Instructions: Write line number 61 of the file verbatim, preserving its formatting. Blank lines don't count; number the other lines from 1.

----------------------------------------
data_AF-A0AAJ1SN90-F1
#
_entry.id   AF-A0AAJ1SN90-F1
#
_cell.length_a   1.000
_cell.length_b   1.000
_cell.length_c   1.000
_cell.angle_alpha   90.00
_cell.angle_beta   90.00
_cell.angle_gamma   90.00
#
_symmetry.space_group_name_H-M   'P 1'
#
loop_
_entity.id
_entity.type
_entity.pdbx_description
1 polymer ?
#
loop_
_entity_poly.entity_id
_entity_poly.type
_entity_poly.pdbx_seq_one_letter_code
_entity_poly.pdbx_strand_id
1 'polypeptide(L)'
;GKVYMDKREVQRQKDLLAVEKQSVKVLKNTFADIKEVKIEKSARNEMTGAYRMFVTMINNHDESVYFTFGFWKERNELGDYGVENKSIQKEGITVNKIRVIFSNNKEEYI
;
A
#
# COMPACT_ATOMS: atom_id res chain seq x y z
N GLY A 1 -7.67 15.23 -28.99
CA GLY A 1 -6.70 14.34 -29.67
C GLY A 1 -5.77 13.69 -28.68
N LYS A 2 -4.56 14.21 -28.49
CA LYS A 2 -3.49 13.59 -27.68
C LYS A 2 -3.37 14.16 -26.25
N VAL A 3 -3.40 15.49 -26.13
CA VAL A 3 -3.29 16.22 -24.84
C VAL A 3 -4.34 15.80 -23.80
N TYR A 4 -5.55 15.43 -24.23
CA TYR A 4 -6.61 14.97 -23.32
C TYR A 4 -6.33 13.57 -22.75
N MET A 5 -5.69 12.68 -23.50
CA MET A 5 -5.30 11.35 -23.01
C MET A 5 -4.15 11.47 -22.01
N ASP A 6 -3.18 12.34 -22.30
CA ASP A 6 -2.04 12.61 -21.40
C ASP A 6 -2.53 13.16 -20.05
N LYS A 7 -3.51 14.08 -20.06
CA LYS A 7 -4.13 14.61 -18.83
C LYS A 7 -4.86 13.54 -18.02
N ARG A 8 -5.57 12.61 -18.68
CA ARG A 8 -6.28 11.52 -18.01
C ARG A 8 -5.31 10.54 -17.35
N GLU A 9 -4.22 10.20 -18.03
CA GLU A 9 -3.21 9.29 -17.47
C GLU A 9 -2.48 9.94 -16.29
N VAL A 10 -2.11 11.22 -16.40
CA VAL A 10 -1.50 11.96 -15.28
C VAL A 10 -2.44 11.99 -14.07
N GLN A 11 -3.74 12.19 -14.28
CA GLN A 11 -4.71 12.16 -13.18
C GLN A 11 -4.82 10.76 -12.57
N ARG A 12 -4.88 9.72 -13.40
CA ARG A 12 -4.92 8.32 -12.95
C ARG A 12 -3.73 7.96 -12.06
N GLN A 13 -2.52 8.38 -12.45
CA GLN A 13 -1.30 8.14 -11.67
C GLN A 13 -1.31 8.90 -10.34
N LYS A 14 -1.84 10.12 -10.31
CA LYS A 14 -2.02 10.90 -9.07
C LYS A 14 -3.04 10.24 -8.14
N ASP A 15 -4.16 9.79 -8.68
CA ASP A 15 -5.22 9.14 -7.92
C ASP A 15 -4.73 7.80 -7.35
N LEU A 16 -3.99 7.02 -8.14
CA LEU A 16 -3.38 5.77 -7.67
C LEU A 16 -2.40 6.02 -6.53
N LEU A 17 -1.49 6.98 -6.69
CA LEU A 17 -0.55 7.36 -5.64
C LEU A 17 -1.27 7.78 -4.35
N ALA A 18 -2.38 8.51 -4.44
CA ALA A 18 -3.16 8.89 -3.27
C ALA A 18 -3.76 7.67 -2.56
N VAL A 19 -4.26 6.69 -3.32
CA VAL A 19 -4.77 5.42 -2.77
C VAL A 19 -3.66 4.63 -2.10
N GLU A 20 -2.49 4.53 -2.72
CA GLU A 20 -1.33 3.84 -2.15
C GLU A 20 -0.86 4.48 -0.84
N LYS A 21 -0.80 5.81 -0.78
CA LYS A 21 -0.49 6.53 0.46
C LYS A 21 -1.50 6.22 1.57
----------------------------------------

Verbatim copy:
N GLN A 11 -3.74 12.19 -14.28